Is simply that which is written as part of formal instruction of
schooling experiences. It may refer to a curriculum document, texts,
films, and supportive teaching materials that are overtly chosen to
support the intentional instructional agenda of a school. Thus, the
overt curriculum is usually confined to those written understandings
and directions formally designated and reviewed by administrators,
curriculum directors and teachers, often collectively.
As defined by Cortes (1981). Cortes defines this curriculum as:…[the]
massive, ongoing, informal curriculum of family, peer groups,
neighborhoods, churches, organizations, occupations, mass media, and
other socializing forces that “educate” all of us throughout our lives. 24
This type of curricula can now be expanded to include the powerful
effects of social media (YouTube; Facebook; Twitter; Pinterest, etc) and
how it actively helps create new perspectives, and can help shape both
individual and public opinion.
That which is implied by the very structure and nature of schools, much
of what revolves around daily or established routines.
Longstreet and Shane (1993) offer a commonly accepted definition for
this term – the “hidden curriculum,” which refers to the kinds of
learnings children derive from the very nature and organizational
design of the public school, as well as from the behaviors and attitudes
of teachers and administrators…. ” 46
Examples of the hidden curriculum might include the messages and
lessons derived from the mere organization of schools — the emphasis
on: sequential room arrangements; the cellular, timed segments of
formal instruction; an annual schedule that is still arranged to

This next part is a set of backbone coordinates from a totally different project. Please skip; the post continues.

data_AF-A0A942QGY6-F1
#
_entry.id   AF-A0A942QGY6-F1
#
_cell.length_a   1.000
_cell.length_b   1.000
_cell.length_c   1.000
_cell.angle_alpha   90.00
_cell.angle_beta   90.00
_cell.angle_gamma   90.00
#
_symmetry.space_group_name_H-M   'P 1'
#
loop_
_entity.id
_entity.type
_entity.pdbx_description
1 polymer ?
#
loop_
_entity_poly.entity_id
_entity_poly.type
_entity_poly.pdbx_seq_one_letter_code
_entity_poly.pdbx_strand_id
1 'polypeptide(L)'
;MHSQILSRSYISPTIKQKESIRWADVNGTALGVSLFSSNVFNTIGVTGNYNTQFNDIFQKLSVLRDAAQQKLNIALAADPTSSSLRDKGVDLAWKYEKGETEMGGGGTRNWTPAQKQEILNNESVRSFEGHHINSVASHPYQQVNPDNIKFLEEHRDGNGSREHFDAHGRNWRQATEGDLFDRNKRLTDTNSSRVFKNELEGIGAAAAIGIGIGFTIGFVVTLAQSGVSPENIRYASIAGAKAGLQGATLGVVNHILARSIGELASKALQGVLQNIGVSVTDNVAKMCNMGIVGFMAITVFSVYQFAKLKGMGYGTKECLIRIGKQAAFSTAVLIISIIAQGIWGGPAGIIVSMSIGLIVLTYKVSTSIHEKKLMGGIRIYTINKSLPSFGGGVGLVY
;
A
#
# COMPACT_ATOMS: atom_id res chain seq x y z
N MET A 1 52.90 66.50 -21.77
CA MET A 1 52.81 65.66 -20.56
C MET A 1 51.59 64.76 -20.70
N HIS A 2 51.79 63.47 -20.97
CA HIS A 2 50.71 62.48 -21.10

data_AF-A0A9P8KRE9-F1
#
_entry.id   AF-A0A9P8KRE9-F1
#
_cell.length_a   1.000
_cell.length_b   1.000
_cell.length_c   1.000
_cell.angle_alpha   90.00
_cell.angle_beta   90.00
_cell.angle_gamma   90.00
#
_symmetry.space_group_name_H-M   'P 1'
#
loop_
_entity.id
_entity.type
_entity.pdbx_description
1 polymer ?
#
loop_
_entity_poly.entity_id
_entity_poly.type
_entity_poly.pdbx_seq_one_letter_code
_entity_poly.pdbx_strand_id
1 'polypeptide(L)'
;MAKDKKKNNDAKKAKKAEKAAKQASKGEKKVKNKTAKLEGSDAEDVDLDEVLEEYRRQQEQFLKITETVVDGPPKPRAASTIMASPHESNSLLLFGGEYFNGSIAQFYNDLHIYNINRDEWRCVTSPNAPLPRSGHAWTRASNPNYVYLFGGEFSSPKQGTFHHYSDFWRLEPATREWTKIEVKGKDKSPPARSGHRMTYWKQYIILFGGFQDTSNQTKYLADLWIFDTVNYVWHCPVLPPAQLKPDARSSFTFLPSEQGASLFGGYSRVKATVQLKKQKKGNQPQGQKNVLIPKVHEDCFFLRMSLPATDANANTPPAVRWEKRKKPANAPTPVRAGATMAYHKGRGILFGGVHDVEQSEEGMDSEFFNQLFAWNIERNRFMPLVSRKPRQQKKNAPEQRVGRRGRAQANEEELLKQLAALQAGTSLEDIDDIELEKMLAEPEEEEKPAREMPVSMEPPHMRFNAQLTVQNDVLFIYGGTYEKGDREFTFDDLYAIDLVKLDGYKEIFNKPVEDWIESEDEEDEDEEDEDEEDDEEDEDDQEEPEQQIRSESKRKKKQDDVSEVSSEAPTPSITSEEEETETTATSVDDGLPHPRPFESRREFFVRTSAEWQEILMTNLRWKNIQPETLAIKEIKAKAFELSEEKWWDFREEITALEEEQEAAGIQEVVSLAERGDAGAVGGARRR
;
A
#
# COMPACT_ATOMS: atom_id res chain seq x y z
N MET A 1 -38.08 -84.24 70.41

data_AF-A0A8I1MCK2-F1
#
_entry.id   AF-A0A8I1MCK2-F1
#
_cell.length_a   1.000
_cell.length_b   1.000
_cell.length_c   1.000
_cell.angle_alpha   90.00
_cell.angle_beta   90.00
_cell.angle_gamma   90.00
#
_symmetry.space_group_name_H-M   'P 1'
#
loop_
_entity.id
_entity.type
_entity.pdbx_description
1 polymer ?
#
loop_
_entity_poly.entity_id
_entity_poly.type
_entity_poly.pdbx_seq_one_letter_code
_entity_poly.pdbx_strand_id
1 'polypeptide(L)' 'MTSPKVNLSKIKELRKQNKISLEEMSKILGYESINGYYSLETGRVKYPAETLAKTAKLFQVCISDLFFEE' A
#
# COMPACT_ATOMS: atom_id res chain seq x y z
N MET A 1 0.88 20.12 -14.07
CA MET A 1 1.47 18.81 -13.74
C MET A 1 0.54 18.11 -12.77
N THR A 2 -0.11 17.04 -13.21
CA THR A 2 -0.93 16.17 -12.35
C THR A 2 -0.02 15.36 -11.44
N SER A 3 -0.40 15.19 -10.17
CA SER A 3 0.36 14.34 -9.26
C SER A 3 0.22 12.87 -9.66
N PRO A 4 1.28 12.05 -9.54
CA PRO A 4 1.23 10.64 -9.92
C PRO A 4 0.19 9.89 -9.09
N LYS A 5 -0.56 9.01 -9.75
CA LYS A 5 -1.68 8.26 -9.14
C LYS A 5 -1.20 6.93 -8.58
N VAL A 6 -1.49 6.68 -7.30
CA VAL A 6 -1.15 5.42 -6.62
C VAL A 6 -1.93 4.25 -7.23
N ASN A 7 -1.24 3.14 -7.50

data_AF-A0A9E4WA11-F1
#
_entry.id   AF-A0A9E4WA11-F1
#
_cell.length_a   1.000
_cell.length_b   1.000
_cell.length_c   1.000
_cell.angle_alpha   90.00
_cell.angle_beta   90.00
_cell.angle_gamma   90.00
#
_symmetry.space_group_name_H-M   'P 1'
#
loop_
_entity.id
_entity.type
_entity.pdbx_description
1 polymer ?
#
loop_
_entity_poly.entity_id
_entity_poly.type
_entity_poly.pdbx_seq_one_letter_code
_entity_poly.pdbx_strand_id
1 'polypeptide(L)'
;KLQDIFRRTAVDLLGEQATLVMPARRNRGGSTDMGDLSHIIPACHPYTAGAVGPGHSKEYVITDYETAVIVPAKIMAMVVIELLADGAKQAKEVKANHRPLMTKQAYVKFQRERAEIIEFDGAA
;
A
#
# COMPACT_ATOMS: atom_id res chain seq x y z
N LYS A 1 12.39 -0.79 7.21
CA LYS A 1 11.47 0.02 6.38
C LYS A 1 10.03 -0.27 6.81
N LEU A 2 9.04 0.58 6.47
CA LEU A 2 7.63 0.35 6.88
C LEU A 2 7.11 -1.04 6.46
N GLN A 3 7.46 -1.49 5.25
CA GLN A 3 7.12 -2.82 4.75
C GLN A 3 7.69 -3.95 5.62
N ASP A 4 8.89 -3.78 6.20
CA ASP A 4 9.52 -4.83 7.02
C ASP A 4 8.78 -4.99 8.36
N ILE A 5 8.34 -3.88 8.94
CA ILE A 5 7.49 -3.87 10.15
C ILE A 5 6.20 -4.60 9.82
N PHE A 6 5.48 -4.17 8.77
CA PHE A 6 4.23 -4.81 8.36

accommodate an agrarian age; disciplined messages where
concentration equates to student behaviors were they are sitting up
straight and are continually quiet; students getting in and standing in
line silently; students quietly raising their hands to be called on; the
endless competition for grades, and so on. The hidden curriculum may
include both positive or negative messages, depending on the models
provided and the perspectives of the learner or the observer.
In what I term floating quotes, popularized quotes that have no direct,
cited sources, David P. Gardner is reported to have said: We learn
simply by the exposure of living. Much that passes for education is not
education at all but ritual. The fact is that we are being educated when
we know it least.
4. The null
That which we do not teach, thus giving students the message that
these elements are not important in their educational experiences or in
our society. Eisner offers some major points as he concludes his
discussion of the null curriculum. The major point I have been trying to
make thus far is that schools have consequences not only by virtue of
what they do teach, but also by virtue of what they neglect to teach.
What students cannot consider, what they don’t processes they are
unable to use, have consequences for the kinds of lives they lead. 103
Eisner (1985, 1994) first described and defined aspects of this